Monday, August 17, 2009
Organic Chemistry - Preparing for the Future
Today is the first day of this blog...
For some time, I have been contemplating issues such as:
• The future shape of the biopharmaceutical industry
• How healthcare reform will impact the pharmaceutical industry
• How to manage the trend in offshoring chemistry activities to CROs
• Where big pharmaceutical companies will rebuild their pipeline of new drug candidates
• Where the chemists of the future will fit into this changing industrial environment
As if these topics aren't enough, there is always the question of
HOW CAN WE MOTIVATE THE NEXT GENERATION OF SCIENTISTS TO PURSUE CAREERS IN CHEMISTRY???
Regardless of the bullet points listed above, there can be no continuity in our scientific endeavors without an ability to guide the best and brightest of our youth into the direction of pursuing careers in applied sciences. While this is an obvious statement, I cannot emphasize enough that one of the main gate keeping subjects is organic chemistry. When students are first expected to confront this subject, they are presented with a textbook encyclopedic in size. The amount of information they are expected to absorb is daunting for anyone and many students believe that their only hope is to commit their coursework to memory. THIS WAS MY FIRST EXPERIENCE IN THIS SUBJECT!!!
As I progressed into my first semester of organic chemistry, I came to realize that memorization of the multitude of name reactions and all of their variants was nowhere near as important as developing an understanding of the fundamental mechanisms that underlie each reaction presented in organic chemistry. I abandoned all attempts to use chemical reaction flash cards and allowed my association of reaction names with chemical transformations to develop through osmosis. Instead, I practiced chemical reactions while incorporating each mechanistic step into my scratch pad. Using curved arrows, I kept track of the movement of electrons and gradually developed a strong appreciation for the value of this "arrow pushing" technique. My grades in organic chemistry improved and I continued to study this subject.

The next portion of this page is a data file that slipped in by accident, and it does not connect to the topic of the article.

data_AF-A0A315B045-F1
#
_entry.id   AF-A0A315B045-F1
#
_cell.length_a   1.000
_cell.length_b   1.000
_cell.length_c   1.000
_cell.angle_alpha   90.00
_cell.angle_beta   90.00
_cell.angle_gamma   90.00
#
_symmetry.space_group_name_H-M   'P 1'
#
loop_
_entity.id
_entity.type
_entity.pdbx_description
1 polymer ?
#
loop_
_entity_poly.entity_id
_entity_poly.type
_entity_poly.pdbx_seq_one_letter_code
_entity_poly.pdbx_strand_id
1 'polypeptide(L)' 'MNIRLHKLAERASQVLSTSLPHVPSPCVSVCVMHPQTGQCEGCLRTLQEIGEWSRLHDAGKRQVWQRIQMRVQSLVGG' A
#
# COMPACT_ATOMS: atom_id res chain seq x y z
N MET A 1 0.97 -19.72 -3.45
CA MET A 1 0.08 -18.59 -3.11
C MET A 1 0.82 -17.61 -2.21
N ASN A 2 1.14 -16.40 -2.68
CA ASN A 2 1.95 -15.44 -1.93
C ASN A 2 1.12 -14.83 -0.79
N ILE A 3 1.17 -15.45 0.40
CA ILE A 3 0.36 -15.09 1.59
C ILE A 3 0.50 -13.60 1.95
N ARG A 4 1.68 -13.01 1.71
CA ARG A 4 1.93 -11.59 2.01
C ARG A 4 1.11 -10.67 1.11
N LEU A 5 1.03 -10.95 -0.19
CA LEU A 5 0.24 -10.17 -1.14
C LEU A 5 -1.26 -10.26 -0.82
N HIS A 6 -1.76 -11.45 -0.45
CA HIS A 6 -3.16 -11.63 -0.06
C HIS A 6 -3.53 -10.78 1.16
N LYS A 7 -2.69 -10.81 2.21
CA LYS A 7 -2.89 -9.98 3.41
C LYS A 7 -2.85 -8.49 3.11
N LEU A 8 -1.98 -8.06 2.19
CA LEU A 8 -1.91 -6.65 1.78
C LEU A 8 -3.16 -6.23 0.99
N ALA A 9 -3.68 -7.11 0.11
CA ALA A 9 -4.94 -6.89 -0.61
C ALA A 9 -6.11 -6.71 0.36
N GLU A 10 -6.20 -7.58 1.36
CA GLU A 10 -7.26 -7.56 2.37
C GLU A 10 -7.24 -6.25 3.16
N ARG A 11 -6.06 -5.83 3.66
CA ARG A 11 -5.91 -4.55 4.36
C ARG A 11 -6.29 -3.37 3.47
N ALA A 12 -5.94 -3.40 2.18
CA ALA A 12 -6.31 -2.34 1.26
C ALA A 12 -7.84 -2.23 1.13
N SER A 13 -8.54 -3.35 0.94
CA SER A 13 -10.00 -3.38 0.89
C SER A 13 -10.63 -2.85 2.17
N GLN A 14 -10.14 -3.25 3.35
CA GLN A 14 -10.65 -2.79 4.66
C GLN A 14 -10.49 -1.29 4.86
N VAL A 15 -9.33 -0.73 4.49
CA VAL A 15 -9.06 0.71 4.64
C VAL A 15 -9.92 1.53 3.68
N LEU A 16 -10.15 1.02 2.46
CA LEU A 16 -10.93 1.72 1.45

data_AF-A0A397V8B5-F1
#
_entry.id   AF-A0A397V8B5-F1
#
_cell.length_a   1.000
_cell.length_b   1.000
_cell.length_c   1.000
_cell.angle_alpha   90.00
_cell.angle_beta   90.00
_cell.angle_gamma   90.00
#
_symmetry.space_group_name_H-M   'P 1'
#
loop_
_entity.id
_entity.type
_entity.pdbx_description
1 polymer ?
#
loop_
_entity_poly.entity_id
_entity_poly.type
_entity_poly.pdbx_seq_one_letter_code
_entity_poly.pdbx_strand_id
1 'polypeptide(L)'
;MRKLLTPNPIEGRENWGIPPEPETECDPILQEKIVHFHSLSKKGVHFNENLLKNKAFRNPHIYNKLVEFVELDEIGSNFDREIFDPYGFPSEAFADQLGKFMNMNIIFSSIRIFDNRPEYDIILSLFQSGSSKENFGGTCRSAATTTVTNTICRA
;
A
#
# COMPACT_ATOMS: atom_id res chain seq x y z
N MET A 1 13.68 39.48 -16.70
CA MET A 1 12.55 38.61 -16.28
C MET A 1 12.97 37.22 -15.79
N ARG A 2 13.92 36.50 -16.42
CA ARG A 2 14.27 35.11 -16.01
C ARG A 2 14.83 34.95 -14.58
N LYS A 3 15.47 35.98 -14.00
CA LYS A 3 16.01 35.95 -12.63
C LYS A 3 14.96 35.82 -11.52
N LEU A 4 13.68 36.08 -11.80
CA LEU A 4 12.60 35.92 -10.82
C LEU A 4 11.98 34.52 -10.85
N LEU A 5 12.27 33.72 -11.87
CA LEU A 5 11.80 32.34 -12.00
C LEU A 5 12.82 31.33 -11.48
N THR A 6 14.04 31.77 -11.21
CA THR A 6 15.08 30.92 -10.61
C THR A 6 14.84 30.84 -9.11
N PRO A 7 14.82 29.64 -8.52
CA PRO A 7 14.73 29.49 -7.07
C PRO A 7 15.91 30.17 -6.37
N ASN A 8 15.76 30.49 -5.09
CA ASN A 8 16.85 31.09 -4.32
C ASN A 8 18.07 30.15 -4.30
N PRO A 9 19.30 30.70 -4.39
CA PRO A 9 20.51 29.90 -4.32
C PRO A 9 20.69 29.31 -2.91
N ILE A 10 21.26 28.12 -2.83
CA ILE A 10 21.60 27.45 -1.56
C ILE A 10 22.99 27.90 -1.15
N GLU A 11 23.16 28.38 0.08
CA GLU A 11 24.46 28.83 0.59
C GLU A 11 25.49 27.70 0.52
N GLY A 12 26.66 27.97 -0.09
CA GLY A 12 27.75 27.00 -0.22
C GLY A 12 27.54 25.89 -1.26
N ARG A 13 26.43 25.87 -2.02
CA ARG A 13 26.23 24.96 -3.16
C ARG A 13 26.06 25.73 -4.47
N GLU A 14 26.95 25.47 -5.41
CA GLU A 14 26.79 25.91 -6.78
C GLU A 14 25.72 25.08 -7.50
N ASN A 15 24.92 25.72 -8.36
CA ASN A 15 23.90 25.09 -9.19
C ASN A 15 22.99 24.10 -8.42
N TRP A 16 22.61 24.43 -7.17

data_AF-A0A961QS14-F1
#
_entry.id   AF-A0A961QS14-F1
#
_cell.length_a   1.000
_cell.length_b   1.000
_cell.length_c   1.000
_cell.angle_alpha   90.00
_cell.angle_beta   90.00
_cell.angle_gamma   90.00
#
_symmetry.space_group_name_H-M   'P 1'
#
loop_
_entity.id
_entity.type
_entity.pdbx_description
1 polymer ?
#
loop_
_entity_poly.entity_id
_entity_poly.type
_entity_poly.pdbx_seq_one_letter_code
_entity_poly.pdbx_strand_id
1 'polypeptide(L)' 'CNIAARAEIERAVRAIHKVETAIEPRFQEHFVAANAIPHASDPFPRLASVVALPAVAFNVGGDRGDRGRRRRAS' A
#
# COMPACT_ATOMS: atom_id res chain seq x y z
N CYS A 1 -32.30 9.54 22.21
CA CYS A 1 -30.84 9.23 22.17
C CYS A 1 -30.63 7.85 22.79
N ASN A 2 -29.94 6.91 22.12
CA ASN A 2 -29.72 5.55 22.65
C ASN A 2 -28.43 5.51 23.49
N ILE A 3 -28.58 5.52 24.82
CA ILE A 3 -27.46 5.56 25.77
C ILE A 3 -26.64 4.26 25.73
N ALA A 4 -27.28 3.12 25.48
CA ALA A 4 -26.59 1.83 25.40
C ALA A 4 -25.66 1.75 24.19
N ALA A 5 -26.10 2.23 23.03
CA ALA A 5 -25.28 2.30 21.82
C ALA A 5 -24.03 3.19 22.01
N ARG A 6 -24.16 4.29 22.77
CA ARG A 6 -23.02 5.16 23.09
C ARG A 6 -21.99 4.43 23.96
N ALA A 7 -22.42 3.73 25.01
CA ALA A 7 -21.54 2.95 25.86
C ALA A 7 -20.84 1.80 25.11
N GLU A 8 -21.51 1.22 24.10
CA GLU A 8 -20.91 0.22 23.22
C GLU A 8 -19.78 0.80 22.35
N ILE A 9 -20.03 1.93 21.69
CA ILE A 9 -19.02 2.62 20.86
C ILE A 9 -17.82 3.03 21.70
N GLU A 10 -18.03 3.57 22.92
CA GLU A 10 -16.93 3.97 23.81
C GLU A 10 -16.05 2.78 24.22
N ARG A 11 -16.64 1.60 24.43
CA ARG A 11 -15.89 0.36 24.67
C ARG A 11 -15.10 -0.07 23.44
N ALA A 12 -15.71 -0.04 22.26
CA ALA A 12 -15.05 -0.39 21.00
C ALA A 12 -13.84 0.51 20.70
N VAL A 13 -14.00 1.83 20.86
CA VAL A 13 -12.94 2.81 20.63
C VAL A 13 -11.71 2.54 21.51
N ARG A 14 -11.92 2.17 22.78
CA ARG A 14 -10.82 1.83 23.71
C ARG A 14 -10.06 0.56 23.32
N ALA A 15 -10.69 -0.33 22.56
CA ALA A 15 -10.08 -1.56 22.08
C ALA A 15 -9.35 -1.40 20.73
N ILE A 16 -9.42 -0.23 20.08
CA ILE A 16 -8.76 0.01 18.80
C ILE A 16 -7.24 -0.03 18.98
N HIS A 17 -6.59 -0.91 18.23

All of the above took place in 1984 - 25 years ago. Since then, I earned my PhD at MIT and am now a synthetic organic chemist having led and contributed to drug discovery efforts for over 17 years. During that time, I have experienced many facets of the pharmaceutical industry impacted by chemistry. These areas include:
• Drug discovery/development
• Patent law
• Business development
• Environmental health and safety
• Quality assurance/control
To those of you who feel apprehensive about studying organic chemistry, please stick with it. Numerous study aids are now available that present strategies to approach and master this subject. Remember, there is a huge world of opportunities that open to those with an understanding of this basic science - the chemistry of carbon.